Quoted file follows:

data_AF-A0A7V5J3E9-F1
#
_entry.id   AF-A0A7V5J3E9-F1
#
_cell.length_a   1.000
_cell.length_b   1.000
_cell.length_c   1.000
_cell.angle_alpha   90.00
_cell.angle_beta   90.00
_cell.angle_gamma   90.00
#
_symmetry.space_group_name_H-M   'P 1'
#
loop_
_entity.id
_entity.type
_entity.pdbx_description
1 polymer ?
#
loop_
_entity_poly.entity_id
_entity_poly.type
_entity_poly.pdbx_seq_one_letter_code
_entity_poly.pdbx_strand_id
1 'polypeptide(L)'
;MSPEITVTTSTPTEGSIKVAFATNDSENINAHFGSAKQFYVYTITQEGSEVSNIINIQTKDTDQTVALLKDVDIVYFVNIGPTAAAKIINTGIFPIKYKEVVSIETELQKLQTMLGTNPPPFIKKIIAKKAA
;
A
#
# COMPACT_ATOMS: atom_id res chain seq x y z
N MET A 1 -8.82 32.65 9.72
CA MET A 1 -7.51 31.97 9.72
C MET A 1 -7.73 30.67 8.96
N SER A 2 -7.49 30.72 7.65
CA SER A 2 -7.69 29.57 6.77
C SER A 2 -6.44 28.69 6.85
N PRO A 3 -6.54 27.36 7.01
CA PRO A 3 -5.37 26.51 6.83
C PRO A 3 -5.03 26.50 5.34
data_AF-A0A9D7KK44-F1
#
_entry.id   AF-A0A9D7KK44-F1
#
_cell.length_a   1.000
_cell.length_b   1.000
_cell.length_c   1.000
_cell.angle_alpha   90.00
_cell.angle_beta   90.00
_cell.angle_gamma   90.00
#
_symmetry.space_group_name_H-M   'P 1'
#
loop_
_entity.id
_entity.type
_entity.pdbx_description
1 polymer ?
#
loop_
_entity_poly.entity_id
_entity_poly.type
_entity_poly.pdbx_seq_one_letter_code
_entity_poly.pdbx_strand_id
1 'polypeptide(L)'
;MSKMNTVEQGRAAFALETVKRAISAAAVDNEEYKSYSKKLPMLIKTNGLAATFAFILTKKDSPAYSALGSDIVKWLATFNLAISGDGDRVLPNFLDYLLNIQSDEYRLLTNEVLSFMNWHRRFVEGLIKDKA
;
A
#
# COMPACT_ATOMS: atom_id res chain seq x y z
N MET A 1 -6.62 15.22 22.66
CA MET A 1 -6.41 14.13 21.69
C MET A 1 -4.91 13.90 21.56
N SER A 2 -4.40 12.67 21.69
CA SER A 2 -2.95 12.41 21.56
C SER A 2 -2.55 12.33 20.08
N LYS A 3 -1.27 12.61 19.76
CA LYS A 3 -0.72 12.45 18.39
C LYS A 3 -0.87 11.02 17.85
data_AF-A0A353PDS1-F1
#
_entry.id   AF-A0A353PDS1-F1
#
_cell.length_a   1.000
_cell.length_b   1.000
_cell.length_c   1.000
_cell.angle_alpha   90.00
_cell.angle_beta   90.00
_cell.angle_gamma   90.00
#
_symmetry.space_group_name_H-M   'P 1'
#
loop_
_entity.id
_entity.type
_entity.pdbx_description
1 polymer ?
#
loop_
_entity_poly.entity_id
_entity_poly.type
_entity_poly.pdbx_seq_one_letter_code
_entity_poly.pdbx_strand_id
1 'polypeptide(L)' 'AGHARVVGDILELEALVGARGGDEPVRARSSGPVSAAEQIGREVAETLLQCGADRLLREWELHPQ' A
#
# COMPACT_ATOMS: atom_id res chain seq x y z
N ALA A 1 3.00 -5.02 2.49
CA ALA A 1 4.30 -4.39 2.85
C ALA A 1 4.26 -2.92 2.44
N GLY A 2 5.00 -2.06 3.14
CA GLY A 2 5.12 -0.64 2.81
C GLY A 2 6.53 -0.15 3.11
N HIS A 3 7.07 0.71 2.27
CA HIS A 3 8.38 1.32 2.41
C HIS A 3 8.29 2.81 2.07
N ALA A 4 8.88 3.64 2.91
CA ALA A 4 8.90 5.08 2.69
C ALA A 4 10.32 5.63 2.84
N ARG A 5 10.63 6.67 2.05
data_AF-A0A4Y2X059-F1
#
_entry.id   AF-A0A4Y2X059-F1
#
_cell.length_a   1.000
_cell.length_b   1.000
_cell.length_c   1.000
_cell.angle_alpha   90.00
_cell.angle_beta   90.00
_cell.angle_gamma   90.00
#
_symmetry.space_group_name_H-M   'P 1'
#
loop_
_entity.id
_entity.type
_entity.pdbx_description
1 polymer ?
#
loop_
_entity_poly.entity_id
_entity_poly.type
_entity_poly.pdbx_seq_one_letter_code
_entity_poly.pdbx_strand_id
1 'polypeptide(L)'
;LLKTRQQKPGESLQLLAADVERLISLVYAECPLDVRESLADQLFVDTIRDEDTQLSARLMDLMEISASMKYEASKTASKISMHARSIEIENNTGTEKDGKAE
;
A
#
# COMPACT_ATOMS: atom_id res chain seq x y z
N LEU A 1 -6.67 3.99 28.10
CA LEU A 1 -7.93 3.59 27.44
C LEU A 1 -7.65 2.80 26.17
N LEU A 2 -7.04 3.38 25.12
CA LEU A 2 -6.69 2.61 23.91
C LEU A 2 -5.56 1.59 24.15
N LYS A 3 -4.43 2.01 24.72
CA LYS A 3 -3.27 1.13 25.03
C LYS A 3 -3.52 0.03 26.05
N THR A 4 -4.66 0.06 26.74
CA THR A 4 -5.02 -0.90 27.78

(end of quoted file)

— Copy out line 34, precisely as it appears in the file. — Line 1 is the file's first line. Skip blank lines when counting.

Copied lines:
N SER A 2 -7.49 30.72 7.65